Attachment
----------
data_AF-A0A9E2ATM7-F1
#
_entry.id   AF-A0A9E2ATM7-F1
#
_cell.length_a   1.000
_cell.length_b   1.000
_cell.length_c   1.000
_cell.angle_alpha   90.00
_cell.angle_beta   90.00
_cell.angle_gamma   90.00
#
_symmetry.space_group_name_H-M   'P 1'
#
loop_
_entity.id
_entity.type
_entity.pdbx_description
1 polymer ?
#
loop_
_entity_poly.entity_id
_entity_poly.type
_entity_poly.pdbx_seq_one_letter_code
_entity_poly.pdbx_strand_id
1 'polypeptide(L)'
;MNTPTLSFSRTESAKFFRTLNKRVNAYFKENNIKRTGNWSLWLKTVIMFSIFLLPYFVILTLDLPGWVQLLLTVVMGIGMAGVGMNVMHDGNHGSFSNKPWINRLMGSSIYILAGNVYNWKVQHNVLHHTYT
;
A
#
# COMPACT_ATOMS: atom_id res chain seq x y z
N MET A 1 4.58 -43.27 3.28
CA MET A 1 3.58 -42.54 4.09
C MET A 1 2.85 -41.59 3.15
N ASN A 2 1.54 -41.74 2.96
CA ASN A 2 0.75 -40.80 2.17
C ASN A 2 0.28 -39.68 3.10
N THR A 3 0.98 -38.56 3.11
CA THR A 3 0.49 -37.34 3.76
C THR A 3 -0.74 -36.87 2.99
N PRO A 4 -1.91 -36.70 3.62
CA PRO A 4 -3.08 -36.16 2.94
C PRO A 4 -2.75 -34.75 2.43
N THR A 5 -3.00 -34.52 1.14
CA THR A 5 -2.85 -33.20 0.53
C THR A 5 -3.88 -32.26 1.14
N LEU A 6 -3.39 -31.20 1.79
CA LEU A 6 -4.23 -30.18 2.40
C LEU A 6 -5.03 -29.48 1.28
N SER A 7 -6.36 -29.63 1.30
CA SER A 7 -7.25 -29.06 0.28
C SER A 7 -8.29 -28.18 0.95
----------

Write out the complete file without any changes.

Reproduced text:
data_AF-A0A9E2ATM7-F1
#
_entry.id   AF-A0A9E2ATM7-F1
#
_cell.length_a   1.000
_cell.length_b   1.000
_cell.length_c   1.000
_cell.angle_alpha   90.00
_cell.angle_beta   90.00
_cell.angle_gamma   90.00
#
_symmetry.space_group_name_H-M   'P 1'
#
loop_
_entity.id
_entity.type
_entity.pdbx_description
1 polymer ?
#
loop_
_entity_poly.entity_id
_entity_poly.type
_entity_poly.pdbx_seq_one_letter_code
_entity_poly.pdbx_strand_id
1 'polypeptide(L)'
;MNTPTLSFSRTESAKFFRTLNKRVNAYFKENNIKRTGNWSLWLKTVIMFSIFLLPYFVILTLDLPGWVQLLLTVVMGIGMAGVGMNVMHDGNHGSFSNKPWINRLMGSSIYILAGNVYNWKVQHNVLHHTYT
;
A
#
# COMPACT_ATOMS: atom_id res chain seq x y z
N MET A 1 4.58 -43.27 3.28
CA MET A 1 3.58 -42.54 4.09
C MET A 1 2.85 -41.59 3.15
N ASN A 2 1.54 -41.74 2.96
CA ASN A 2 0.75 -40.80 2.17
C ASN A 2 0.28 -39.68 3.10
N THR A 3 0.98 -38.56 3.11
CA THR A 3 0.49 -37.34 3.76
C THR A 3 -0.74 -36.87 2.99
N PRO A 4 -1.91 -36.70 3.62
CA PRO A 4 -3.08 -36.16 2.94
C PRO A 4 -2.75 -34.75 2.43
N THR A 5 -3.00 -34.52 1.14
CA THR A 5 -2.85 -33.20 0.53
C THR A 5 -3.88 -32.26 1.14
N LEU A 6 -3.39 -31.20 1.79
CA LEU A 6 -4.23 -30.18 2.40
C LEU A 6 -5.03 -29.48 1.28
N SER A 7 -6.36 -29.63 1.30
CA SER A 7 -7.25 -29.06 0.28
C SER A 7 -8.29 -28.18 0.95